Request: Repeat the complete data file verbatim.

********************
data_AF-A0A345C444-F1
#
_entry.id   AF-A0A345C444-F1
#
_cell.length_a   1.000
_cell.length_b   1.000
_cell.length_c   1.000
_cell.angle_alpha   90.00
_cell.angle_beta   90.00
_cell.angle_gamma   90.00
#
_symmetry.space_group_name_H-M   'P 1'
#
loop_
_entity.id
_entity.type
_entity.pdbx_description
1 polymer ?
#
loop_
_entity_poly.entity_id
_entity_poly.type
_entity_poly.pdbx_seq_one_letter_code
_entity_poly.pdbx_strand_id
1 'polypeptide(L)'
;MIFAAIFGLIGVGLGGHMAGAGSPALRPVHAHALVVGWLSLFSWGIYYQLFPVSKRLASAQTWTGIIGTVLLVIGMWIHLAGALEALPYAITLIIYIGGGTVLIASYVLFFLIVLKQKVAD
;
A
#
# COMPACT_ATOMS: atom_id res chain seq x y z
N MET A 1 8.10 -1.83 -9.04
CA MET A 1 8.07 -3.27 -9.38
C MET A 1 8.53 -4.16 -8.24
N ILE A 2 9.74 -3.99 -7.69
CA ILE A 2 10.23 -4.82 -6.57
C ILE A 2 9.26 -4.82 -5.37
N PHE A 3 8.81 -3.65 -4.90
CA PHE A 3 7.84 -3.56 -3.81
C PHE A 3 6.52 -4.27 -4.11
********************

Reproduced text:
data_AF-A0A345C444-F1
#
_entry.id   AF-A0A345C444-F1
#
_cell.length_a   1.000
_cell.length_b   1.000
_cell.length_c   1.000
_cell.angle_alpha   90.00
_cell.angle_beta   90.00
_cell.angle_gamma   90.00
#
_symmetry.space_group_name_H-M   'P 1'
#
loop_
_entity.id
_entity.type
_entity.pdbx_description
1 polymer ?
#
loop_
_entity_poly.entity_id
_entity_poly.type
_entity_poly.pdbx_seq_one_letter_code
_entity_poly.pdbx_strand_id
1 'polypeptide(L)'
;MIFAAIFGLIGVGLGGHMAGAGSPALRPVHAHALVVGWLSLFSWGIYYQLFPVSKRLASAQTWTGIIGTVLLVIGMWIHLAGALEALPYAITLIIYIGGGTVLIASYVLFFLIVLKQKVAD
;
A
#
# COMPACT_ATOMS: atom_id res chain seq x y z
N MET A 1 8.10 -1.83 -9.04
CA MET A 1 8.07 -3.27 -9.38
C MET A 1 8.53 -4.16 -8.24
N ILE A 2 9.74 -3.99 -7.69
CA ILE A 2 10.23 -4.82 -6.57
C ILE A 2 9.26 -4.82 -5.37
N PHE A 3 8.81 -3.65 -4.90
CA PHE A 3 7.84 -3.56 -3.81
C PHE A 3 6.52 -4.27 -4.11